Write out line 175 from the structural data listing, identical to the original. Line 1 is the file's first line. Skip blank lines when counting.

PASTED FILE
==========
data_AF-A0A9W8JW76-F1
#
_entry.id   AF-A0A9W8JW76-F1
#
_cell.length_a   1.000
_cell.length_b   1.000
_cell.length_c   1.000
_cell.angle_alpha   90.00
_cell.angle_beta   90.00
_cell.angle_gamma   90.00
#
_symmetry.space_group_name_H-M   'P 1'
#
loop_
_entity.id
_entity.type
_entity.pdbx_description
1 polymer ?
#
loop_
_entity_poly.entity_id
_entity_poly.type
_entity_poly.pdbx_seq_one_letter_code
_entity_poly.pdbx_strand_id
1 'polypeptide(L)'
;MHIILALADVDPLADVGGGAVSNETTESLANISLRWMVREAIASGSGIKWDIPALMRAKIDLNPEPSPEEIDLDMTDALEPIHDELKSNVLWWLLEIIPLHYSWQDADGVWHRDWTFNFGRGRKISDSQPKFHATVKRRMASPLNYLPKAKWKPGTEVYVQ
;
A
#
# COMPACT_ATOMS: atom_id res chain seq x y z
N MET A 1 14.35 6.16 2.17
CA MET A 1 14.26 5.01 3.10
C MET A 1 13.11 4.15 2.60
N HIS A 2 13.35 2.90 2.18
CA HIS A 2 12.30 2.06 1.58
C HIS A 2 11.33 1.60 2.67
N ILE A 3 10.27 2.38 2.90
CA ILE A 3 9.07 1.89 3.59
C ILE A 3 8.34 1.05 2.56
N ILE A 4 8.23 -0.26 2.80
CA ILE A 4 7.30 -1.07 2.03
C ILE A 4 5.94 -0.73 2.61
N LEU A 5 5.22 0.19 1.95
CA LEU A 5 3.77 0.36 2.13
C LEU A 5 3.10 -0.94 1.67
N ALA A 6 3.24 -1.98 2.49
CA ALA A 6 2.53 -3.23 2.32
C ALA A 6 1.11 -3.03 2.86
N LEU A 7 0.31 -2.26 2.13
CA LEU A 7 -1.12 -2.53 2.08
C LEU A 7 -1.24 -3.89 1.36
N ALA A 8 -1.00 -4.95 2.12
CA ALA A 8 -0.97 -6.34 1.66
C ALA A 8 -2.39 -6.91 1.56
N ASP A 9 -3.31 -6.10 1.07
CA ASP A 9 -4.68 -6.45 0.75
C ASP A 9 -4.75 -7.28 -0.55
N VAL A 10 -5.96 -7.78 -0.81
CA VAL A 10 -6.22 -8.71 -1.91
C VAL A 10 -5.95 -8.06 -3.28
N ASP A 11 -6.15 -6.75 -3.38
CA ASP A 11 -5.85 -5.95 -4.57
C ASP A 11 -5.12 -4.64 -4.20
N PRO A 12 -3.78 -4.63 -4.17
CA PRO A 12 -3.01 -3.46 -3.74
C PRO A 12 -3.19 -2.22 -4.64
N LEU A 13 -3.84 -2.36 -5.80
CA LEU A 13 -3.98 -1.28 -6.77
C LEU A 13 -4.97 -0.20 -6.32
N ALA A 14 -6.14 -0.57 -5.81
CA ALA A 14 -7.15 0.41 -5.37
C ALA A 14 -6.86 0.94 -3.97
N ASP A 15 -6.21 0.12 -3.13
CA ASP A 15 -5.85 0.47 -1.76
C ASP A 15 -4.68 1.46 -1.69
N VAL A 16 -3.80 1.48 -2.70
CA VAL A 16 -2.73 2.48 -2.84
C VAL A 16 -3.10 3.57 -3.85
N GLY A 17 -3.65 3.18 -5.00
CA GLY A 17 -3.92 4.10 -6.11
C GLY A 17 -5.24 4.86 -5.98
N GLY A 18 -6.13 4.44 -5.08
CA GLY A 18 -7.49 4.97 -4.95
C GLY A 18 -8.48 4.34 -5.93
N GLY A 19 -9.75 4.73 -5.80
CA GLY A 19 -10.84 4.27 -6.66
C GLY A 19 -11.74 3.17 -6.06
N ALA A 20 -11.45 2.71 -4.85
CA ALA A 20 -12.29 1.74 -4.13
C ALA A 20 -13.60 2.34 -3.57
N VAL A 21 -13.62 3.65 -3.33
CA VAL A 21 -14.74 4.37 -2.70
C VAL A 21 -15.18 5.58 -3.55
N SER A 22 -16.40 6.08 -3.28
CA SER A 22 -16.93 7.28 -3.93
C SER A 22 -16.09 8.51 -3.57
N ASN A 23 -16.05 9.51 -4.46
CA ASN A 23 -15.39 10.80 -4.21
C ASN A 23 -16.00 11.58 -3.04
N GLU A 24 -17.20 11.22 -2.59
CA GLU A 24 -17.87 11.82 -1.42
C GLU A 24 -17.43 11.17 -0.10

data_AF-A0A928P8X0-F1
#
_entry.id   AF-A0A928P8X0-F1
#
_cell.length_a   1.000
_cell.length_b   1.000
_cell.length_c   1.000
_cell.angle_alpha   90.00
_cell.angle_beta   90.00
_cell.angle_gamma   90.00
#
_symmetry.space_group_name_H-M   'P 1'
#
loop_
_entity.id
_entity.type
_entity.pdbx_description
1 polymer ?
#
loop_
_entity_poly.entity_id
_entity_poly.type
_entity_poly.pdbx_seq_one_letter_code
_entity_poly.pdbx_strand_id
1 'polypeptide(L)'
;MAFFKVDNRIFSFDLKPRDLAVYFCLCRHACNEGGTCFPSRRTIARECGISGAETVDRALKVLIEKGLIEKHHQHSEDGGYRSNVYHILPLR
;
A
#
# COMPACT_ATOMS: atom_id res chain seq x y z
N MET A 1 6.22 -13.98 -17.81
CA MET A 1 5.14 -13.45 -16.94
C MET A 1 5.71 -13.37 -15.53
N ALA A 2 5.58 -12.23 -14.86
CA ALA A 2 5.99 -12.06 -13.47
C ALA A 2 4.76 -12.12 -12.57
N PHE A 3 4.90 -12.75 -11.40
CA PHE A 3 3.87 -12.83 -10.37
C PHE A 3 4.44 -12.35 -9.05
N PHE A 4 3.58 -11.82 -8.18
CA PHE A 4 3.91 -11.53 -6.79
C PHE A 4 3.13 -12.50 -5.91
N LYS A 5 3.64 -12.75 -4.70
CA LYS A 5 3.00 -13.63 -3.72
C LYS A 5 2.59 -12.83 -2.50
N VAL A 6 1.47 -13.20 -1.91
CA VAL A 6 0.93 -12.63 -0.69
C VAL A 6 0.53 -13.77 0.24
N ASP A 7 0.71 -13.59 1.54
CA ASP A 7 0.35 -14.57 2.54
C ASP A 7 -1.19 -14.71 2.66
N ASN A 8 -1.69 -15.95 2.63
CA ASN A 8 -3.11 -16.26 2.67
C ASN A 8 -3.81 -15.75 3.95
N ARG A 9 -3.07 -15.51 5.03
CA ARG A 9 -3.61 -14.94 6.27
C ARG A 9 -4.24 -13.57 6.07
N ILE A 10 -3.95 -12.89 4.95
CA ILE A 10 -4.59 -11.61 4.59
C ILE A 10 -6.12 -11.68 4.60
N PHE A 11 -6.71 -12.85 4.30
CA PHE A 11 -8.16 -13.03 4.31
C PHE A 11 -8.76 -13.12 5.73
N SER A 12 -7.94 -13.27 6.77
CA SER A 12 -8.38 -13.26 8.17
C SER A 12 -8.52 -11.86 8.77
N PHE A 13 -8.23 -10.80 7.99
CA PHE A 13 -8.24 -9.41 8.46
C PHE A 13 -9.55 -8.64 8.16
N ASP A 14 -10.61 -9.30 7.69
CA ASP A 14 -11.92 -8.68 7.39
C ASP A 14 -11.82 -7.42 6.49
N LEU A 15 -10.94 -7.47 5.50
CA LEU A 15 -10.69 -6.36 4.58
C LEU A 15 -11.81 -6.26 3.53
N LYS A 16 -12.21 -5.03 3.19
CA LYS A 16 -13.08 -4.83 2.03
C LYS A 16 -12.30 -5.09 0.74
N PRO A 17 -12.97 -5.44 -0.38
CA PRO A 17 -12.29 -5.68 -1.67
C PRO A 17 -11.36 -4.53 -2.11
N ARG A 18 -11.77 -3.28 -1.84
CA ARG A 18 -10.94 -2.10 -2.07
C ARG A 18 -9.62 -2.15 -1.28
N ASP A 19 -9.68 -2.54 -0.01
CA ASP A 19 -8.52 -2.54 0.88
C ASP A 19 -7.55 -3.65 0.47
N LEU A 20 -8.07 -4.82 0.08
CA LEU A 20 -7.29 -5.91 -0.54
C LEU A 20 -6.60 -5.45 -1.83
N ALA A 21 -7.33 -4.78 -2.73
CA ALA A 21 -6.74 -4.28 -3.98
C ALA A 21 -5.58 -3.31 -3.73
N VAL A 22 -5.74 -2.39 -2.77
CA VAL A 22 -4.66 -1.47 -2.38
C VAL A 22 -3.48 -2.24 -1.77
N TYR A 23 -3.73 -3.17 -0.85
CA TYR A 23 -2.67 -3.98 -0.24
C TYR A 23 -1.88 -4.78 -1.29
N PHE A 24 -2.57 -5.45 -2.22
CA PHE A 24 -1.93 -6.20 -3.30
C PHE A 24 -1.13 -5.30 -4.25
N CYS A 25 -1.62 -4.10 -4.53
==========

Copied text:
N LEU A 15 -10.94 -7.47 5.50